- The controversial unsettled issues of mutinous Guinean troops have sparked further violence in the country's capital, Conakry. Soldiers blocked all routes leading to administrative districts in the continuing dispute over army pay and work conditions. Foreigners are now advised against travelling to Conakry.
The pay protest, which began on Monday in the mineral rich country, has seen troops go on rampage in shooting at locations across the city and putting up roadblocks at the entrance of the city.
The row erupted despite newly elected Guinea Prime Minister Ahmed Tidiane Souaré's announcement that troops would receive a little over US$ 1,000 and rice subsidies in an effort to stop the unrest.
Mutinous soldiers from Alpha Yaya Diallo barracks in the capital looted shops and took captive the deputy head of the army, General Mamadou Sampil, who attempted to negotiate with them in their camp on Monday.
Late on Wednesday, some soldiers forced their way on to an airport runway, preventing a US military plane from landing. This led to cancellation of at least two commercial flights in the country. An Air France flight headed towards Conakry international airport on Wednesday evening had to divert to Dakar, Senegal.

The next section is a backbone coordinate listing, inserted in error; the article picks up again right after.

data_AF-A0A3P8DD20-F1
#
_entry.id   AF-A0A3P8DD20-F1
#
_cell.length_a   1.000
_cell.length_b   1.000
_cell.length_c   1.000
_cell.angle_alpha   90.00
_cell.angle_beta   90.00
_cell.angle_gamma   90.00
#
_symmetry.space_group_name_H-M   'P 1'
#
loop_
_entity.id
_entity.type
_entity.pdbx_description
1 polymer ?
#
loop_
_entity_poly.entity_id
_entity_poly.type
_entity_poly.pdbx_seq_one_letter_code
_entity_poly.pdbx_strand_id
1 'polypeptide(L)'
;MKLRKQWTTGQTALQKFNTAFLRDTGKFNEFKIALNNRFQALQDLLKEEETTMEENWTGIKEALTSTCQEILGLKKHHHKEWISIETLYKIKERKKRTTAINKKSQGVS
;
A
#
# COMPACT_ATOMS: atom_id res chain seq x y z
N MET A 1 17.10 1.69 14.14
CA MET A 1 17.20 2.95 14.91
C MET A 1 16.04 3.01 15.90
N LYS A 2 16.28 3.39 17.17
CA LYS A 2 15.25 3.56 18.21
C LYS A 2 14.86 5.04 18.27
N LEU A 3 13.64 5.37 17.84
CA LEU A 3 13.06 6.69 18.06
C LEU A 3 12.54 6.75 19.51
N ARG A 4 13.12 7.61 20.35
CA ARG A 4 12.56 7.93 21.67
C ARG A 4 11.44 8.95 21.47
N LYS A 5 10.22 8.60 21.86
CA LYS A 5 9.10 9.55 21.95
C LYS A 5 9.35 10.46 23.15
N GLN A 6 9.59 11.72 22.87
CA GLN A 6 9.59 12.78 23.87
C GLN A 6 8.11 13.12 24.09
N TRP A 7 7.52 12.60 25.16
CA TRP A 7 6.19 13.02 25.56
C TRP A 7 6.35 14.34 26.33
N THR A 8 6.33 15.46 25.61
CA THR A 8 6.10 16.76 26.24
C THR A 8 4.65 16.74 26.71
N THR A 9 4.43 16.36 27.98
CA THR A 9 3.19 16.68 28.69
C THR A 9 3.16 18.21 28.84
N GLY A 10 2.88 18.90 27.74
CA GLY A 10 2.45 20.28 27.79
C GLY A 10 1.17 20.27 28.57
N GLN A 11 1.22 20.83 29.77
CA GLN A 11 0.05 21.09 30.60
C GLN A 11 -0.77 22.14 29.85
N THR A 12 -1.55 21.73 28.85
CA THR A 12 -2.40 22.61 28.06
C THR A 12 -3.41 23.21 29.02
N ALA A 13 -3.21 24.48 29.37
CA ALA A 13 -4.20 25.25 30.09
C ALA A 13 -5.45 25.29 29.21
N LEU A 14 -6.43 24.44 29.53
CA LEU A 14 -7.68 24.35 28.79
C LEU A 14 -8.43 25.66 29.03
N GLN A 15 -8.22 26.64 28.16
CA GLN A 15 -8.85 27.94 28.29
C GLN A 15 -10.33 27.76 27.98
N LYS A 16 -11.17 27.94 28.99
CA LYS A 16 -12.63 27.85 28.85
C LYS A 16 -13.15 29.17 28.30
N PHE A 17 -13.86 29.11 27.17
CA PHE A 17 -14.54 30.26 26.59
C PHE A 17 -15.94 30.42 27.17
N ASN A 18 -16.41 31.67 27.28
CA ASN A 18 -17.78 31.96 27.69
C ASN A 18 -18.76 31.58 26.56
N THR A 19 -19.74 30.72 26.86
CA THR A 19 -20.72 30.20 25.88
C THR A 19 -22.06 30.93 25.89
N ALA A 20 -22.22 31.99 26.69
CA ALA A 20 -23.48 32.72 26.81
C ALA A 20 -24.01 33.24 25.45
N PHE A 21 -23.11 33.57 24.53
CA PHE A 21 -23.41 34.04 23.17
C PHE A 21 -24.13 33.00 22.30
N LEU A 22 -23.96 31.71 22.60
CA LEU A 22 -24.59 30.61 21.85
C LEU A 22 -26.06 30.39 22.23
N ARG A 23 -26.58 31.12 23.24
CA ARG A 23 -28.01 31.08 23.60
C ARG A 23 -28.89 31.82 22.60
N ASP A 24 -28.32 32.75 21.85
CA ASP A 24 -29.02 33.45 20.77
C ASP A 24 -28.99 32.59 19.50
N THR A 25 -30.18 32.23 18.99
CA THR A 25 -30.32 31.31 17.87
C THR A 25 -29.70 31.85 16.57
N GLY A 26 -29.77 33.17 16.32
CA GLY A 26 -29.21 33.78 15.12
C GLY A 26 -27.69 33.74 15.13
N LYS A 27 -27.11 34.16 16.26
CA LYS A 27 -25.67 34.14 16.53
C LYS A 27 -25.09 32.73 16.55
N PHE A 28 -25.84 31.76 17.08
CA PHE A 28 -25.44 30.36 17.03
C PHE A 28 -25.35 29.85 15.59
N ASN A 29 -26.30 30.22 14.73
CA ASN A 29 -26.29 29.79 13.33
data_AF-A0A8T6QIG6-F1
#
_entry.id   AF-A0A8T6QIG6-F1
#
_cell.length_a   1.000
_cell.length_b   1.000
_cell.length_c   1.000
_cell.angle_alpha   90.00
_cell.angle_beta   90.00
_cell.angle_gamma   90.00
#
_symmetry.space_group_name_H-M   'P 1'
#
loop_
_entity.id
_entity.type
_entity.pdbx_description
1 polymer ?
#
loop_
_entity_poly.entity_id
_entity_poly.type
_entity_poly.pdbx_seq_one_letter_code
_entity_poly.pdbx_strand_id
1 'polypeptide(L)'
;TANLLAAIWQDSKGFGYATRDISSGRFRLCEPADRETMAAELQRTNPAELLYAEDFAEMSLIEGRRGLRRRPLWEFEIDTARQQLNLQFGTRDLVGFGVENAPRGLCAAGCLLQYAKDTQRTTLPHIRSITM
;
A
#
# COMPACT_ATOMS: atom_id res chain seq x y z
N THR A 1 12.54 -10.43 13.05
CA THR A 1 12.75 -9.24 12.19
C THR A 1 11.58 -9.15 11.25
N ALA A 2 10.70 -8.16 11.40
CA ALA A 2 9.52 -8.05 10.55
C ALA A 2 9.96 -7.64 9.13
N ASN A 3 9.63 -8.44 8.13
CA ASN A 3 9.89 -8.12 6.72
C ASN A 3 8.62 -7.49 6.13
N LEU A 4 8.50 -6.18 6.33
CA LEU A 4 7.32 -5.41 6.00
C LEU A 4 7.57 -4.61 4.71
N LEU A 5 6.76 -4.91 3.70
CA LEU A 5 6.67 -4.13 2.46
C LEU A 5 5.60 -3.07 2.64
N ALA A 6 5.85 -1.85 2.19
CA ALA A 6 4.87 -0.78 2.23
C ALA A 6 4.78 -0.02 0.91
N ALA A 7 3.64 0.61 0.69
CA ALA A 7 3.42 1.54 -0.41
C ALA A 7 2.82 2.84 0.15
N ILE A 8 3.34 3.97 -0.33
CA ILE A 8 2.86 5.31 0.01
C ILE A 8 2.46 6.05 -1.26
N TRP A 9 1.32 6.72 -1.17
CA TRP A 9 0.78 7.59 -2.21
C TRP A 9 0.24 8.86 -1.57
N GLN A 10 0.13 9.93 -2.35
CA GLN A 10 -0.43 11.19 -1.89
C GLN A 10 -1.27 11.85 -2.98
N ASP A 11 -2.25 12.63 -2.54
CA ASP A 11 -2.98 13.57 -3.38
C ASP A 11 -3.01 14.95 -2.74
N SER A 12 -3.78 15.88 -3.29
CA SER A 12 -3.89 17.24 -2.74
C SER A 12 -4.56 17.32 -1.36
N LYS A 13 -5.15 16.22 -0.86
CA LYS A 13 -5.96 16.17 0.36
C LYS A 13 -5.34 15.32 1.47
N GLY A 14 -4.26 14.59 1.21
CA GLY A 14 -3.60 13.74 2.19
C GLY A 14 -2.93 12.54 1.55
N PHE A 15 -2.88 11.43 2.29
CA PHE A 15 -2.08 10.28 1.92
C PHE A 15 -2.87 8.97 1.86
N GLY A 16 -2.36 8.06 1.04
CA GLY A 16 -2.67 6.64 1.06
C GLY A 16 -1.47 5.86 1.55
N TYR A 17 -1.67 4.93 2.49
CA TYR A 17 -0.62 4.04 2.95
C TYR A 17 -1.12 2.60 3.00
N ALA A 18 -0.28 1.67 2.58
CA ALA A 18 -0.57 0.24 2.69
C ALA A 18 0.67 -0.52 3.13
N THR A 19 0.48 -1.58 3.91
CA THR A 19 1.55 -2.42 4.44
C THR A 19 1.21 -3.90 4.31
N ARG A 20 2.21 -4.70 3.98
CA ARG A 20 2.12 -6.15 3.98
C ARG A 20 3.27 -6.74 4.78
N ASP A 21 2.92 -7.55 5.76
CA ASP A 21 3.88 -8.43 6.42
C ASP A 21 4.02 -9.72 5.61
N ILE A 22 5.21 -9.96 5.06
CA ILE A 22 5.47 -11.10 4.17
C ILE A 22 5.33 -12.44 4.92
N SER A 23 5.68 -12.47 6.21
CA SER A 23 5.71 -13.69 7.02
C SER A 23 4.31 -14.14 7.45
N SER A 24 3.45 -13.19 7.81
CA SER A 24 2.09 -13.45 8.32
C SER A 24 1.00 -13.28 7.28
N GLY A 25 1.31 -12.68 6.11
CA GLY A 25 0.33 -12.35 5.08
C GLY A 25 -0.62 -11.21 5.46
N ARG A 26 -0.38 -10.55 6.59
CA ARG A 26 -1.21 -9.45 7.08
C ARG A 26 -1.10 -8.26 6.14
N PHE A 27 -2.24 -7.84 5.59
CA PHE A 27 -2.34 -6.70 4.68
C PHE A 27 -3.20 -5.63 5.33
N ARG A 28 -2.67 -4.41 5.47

The new clashes in Guinea have left at least three people dead and dozens hurt as troops looted and robbed civilians. While the situation remains very tense, loyalist troops are now said to be in control of most of Conakry, patrolling streets.
A statement released by the Economic Community of West African States (ECOWAS) today, expressed "great concern" about the reported unrest by rebellious army, saying it might put the safety and security of civilian population at risk in Guinea and in the region.
ECOWAS heads of state also appealed to all Guineans to act with "a high sense of responsibility" and to halt actions that would "plunge their country and its neighbours into conflict and instability." They especially raised concerns over the fragile peace situation in neighbouring Liberia and Sierra Leone.
Meanwhile, foreign observers fear the crisis in Guinea could deepen and be of long duration. The British Foreign Office already yesterday issued an updated travel warning on Guinea for its citizens, advising "against all but essential travel to Guinea." The British warning added that the Conakry airport "is currently open but further disturbances may occur. You should exercise extreme caution in all areas near military camps."
Although Guinea's mineral wealth makes it potentially one of Africa's richest countries, its population remains one of the poorest in the continent having been ruled by armed leaders since independence.
Guinea's current President Lansana Conté seized power in a bloodless coup in 1984 and has ruled with an iron fist ever since. In early 2007, the country faced violent protests and a general strike against his rule.
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